Travel With a Group

Well, how do I travel with a group if I am alone? There are often lots of activities, sightseeing, and excursions that you can do on your own, especially if you are a budget traveler. But for a novice traveler, going with a tour can highlight some top attractions and local fare without having to navigate on your own, speak the language, etc.


Staying in a hostel is also a great idea (in fact it's probably THE best way to meet people). You will almost always meet a variety of people looking to see the sights and explore the city, many of whom are also traveling alone. Most hostels also arrange tours, pub crawls, and other excursions. They will either take you themselves (often for free!), or set it up with a trusted business. You can find pretty much every hostel in the world on Hostelworld.com, read reviews, book, and even see who else is staying.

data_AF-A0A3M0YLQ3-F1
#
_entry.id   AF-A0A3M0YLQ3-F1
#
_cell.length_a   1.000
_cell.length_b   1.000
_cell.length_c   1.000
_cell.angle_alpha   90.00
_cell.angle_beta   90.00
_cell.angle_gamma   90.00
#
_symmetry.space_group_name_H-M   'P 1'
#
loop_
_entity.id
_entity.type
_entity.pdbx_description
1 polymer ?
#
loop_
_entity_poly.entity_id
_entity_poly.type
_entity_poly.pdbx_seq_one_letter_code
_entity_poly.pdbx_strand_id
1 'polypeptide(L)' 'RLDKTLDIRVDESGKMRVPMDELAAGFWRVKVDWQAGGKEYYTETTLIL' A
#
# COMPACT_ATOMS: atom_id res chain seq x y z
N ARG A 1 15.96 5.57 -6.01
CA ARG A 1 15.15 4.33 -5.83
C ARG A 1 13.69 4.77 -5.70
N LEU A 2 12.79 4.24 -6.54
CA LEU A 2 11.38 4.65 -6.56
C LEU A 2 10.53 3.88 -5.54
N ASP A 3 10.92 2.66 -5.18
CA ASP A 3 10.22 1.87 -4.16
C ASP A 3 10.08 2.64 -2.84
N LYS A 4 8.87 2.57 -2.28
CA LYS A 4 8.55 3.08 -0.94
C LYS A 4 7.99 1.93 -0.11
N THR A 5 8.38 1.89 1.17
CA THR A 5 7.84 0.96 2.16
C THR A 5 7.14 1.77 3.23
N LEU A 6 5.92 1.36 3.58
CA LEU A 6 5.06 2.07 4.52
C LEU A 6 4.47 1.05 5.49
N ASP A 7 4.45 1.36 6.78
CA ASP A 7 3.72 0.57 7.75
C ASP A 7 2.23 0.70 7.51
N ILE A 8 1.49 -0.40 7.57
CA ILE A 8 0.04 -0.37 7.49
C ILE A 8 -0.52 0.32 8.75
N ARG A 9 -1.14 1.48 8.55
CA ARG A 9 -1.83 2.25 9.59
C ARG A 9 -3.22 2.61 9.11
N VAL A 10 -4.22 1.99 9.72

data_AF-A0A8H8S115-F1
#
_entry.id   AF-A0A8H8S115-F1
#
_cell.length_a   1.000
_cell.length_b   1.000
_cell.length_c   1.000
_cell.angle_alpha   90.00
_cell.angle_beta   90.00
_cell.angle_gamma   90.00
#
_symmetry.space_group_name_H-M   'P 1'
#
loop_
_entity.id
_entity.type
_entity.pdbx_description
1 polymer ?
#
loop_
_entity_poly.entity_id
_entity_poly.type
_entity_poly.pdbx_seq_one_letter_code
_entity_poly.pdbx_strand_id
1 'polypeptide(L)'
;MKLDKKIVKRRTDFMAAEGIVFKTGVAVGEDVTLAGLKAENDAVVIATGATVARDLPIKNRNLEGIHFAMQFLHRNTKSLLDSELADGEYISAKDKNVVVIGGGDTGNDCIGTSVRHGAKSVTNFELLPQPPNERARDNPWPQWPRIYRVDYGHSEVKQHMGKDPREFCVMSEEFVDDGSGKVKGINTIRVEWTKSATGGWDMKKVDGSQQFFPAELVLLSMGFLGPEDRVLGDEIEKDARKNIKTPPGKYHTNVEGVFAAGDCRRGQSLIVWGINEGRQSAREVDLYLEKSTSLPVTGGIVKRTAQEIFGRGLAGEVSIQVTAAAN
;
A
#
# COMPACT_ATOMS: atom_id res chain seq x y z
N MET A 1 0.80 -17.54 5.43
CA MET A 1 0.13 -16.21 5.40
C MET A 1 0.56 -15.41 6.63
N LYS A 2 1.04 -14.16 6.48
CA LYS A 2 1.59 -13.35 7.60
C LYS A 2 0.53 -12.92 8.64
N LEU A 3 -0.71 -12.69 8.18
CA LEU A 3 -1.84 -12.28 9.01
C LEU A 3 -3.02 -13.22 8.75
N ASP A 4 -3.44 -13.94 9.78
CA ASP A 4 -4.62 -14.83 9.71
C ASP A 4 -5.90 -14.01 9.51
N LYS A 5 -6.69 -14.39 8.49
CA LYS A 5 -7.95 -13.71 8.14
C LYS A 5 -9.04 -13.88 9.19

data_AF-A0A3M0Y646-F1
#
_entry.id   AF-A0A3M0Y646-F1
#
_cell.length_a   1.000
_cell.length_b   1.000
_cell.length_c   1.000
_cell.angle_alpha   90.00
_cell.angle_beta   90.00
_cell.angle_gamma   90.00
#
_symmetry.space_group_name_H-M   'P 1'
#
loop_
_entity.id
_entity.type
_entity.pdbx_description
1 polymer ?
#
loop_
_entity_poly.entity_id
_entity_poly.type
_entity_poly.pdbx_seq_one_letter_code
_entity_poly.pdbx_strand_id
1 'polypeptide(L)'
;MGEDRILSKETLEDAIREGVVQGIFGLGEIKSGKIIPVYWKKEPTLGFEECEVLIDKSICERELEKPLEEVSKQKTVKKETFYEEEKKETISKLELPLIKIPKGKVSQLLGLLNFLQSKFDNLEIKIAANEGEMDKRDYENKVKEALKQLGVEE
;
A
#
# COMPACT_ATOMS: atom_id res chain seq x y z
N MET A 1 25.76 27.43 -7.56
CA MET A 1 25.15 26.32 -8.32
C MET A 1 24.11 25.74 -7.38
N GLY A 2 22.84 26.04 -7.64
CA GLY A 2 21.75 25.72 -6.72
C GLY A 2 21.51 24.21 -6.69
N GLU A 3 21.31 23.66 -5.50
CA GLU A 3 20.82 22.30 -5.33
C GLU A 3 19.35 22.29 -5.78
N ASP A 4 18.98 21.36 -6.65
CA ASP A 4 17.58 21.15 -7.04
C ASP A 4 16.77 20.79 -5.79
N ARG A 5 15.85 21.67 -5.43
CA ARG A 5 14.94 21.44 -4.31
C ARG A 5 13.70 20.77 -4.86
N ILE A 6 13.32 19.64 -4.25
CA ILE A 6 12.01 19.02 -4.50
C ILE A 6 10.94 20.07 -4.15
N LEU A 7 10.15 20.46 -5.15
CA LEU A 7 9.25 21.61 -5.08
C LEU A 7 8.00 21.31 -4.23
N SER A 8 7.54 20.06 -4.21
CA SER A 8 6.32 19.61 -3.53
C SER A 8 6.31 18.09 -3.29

There's also so many other ways to book guided tours or experiences these days, in literally every corner of the world, like GetYourGuide, AirBnb Experiences, or Viator.


This entire group came from the same hostel, with the same goal in mind: Volcano boarding!

None of us knew each other to begin with, but I still keep in touch with several on Facebook. (This is Bigfoot Hostel in Leon, Nicaragua.)


Avoid Pickpockets and Theft

Don't be flashy. Of course you want to take pictures, or maybe you need to use your phone for directions. But there's always a risk when bringing out an expensive camera or the newest iPhone. Keep your camera close to your body and preferably on some kind of strap around your wrist or neck. If you want to ask someone to take a picture of you, look for another tourist doing the same, and offer to take a picture of them as well.


Phones are an easy target as we mindlessly scroll, not watching where we are going or being aware of our surroundings. It is incredibly common to get phones (and purses/bags) to get snatched right out of your hand, especially if you are on foot and the thief is on motorbike.


Never ever display how much money you have on you. Keep smaller bills in a separate pocket, away from your main wallet. This is helpful for bargaining in markets, avoiding being overcharged because somebody "doesn't have change," and even getting your way out of "fines"(*cough*bribes*cough).